BC Ferries’ public engagement process on sailing schedules is drawing backlash from some who, metaphorically speaking, smell a rat in the cargo hold.
While consulting the public before enacting changes is a generically positive approach, the BC Ferries exercise began with an insupportable premise: tell us what you want, but we can’t give you what you want.
The goal of the consultation was to create a schedule for the Horseshoe Bay-Langdale route that improves on-time performance, but from the outset the company ruled out the hourly service that actually worked when it was implemented earlier this year. Since the engagement process started in late May, BC Ferries officials have been banging away on the same drum.
After 2,300 surveys were in, BC Ferries spokesperson Deborah Marshall called that number “a great response,” but concluded, “we have received comments from customers suggesting a two-ship operation with hourly service, like we provided during the January to March dock construction project. We clearly understand the improvements that schedule brought to the customer experience. Unfortunately this type of service delivery is not sustainable in the near-to-medium term with our current ships. However, this temporary service has been an excellent trial for potential future service options with two smaller vessels when the C-Class ships, including the Queen of Surrey, need to be replaced in the 2020s.”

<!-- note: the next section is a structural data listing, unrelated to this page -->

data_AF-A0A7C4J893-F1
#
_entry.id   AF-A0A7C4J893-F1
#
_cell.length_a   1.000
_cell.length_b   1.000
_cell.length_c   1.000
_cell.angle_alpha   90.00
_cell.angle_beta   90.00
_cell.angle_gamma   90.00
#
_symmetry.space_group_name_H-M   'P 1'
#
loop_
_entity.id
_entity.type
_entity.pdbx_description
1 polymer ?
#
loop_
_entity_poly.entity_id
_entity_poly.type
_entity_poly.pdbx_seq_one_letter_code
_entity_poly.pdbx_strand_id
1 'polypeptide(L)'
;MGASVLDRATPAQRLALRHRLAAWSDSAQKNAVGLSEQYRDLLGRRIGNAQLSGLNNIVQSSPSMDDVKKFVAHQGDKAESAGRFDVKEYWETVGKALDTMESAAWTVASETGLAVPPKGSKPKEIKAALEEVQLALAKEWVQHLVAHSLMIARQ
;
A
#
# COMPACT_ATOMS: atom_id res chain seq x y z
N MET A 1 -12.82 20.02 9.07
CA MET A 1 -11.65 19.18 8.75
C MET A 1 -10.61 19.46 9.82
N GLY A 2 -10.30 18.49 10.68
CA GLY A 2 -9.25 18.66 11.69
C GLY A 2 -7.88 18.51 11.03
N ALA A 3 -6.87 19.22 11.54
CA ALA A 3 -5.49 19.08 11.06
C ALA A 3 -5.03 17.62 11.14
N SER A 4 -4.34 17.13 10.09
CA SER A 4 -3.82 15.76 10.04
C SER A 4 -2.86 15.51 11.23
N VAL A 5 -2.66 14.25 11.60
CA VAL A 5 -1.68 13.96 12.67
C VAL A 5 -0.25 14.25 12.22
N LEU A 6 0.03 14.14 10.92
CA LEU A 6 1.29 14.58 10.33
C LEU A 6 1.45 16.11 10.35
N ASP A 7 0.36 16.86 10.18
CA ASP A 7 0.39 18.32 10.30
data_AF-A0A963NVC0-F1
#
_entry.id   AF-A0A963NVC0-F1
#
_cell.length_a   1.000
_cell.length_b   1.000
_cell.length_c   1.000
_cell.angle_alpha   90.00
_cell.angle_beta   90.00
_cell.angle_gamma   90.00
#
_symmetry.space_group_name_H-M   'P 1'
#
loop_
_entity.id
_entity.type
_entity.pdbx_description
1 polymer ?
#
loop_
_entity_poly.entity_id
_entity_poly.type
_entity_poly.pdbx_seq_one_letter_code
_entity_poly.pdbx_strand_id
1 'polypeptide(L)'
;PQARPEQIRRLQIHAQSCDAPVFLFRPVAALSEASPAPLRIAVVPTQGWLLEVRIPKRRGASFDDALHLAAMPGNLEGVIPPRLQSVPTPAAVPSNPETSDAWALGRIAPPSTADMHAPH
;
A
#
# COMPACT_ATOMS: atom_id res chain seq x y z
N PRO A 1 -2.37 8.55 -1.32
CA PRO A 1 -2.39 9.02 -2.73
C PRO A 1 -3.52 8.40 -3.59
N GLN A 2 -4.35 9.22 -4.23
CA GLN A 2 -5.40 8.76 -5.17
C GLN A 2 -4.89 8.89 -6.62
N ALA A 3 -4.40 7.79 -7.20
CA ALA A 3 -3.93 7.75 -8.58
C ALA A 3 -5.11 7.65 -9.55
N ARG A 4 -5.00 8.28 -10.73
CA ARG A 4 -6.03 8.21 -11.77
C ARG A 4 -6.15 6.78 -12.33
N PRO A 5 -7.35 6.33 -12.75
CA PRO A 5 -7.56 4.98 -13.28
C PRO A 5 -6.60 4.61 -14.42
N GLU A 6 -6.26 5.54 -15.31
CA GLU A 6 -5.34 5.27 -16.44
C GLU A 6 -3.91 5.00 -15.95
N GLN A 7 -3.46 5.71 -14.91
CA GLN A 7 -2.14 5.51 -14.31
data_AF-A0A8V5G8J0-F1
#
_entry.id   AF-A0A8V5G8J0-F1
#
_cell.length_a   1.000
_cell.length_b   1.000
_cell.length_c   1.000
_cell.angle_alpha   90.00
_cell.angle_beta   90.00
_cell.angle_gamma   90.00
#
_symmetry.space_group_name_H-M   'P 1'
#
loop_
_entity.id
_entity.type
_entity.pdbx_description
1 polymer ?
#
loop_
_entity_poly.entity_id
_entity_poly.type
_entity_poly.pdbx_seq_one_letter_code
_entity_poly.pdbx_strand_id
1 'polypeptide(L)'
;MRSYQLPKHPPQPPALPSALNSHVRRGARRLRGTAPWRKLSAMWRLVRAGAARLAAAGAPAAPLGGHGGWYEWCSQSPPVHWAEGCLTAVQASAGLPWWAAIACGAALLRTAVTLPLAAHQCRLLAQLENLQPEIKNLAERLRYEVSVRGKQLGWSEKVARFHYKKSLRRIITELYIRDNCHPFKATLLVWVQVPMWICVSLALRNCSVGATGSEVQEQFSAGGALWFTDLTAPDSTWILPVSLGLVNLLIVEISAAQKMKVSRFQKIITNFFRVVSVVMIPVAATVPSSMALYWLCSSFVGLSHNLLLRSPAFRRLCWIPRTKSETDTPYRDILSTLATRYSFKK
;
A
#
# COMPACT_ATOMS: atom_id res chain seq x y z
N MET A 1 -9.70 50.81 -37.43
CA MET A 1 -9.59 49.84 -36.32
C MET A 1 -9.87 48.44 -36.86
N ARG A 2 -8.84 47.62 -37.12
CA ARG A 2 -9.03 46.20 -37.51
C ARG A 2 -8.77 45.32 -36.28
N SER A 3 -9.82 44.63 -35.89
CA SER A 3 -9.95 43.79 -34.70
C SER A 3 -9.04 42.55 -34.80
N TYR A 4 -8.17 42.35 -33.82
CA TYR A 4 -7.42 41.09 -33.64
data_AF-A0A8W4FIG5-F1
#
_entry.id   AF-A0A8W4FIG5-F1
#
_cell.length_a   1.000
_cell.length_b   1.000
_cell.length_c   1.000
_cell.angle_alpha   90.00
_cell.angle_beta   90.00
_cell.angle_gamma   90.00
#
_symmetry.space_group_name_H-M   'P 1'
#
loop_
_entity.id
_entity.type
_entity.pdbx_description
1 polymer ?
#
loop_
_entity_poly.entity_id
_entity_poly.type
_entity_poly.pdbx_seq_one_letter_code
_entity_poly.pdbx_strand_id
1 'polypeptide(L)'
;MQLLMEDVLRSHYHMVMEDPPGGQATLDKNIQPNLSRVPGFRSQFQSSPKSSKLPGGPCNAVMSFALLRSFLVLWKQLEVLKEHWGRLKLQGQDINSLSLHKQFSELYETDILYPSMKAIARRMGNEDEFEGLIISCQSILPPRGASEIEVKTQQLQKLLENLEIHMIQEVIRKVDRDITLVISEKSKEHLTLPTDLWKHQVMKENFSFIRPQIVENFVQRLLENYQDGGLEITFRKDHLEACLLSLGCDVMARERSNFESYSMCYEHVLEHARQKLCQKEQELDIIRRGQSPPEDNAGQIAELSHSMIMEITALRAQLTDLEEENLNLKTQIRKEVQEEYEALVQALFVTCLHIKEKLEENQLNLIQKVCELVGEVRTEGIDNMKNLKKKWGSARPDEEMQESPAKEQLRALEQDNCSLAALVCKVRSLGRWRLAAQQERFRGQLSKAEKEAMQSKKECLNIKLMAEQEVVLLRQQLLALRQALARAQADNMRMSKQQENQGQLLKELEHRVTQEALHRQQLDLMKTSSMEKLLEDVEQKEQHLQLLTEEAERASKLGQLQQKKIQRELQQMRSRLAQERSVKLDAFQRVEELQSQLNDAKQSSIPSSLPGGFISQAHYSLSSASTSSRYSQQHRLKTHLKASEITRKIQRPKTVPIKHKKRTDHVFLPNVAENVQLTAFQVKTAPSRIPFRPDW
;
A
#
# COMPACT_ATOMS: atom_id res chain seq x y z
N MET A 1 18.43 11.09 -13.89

After 3,200 responses were in, president and CEO Mark Collins said in a press release that BC Ferries was “pleased to be hearing from so many” ferry users and acknowledged the desire for hourly service out of Langdale was one of the recurring themes. However, he said, “that option is several years away from being possible. At the moment we don’t have the appropriate vessels and the right terminal infrastructure to support hourly service on an ongoing basis, but we hear the community’s message loud and clear and we are working on it. Right now we are concerned with the reliability of sailing times and we need to make a change to improve this issue.”
BC Ferries recognizes it has a problem, which is best described as unreliable, unacceptable service, resulting in the worst on-time performance in the fleet and a late afternoon schedule that has driven commuters to use a private water taxi service.
The problems are well known and it’s really up to the experts to fix them. By tweaking the schedule with much fanfare about “strong community engagement,” is BC Ferries simply looking for a way to manage an ongoing public relations disaster?
Hence the suspicion of a rat in the hold. When the one meaningful solution is ruled out from the start, it does seem a little more than fishy.
John Gleeson is the editor of the Coast Reporter, based in Sechelt.